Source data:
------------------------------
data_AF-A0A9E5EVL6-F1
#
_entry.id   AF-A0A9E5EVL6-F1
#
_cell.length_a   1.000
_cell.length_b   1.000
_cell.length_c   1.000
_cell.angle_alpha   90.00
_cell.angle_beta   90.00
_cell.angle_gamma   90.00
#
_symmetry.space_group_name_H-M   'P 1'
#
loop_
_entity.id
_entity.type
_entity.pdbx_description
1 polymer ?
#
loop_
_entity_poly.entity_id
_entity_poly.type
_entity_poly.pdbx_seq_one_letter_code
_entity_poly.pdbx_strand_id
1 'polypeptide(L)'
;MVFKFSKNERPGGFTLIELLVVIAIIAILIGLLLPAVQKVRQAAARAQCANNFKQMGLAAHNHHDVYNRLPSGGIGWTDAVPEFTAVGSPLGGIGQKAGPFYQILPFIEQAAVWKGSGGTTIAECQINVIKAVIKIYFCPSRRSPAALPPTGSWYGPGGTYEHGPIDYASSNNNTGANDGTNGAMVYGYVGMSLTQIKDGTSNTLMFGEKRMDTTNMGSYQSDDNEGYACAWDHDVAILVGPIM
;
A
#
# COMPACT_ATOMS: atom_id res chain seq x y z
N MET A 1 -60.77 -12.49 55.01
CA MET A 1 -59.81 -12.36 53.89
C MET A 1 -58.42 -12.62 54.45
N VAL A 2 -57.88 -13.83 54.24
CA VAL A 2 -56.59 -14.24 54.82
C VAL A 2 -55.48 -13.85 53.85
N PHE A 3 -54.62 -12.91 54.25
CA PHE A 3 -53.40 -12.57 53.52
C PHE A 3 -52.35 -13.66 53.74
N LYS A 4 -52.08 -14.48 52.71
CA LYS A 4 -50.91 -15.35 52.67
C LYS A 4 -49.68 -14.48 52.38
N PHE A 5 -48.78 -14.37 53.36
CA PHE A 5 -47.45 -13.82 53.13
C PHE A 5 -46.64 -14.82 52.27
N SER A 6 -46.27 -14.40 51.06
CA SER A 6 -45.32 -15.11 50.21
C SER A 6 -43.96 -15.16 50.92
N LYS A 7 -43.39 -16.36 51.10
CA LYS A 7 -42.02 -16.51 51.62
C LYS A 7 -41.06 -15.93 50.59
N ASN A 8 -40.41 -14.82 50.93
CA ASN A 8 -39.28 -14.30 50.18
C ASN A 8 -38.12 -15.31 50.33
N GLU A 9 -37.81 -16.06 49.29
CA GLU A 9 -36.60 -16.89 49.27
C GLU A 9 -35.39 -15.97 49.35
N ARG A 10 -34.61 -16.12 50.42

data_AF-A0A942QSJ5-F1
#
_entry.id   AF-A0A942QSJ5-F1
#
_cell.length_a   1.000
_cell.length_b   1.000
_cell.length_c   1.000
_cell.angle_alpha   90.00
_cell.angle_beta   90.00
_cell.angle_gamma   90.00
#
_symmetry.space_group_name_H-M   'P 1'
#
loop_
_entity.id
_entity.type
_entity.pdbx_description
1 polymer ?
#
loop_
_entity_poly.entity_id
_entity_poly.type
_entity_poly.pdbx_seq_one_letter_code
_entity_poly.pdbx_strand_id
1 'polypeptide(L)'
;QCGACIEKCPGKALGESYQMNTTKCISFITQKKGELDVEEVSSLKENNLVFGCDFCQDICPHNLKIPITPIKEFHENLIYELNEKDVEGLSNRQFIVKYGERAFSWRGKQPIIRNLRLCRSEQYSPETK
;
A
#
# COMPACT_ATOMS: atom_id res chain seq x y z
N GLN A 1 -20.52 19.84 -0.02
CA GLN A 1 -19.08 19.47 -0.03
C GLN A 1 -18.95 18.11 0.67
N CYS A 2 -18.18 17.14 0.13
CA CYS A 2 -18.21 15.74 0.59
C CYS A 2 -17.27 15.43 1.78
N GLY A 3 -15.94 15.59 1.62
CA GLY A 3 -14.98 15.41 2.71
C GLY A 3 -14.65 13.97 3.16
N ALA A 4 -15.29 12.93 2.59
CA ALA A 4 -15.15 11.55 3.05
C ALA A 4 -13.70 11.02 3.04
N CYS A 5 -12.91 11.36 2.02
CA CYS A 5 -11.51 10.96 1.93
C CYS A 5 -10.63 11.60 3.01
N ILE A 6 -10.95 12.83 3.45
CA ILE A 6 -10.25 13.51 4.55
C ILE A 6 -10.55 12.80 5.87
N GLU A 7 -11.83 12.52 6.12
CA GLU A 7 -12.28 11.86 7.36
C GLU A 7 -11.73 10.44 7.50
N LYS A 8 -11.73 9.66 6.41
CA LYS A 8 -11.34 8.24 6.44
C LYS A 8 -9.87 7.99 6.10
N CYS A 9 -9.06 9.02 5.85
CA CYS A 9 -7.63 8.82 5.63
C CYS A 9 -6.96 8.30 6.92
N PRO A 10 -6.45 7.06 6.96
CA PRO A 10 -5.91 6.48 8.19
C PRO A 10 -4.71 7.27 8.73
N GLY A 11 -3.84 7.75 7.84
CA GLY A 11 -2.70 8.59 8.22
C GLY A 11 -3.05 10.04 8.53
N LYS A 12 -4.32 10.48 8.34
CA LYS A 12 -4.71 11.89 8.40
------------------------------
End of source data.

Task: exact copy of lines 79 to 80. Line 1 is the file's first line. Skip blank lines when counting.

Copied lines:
_entity_poly.entity_id
_entity_poly.type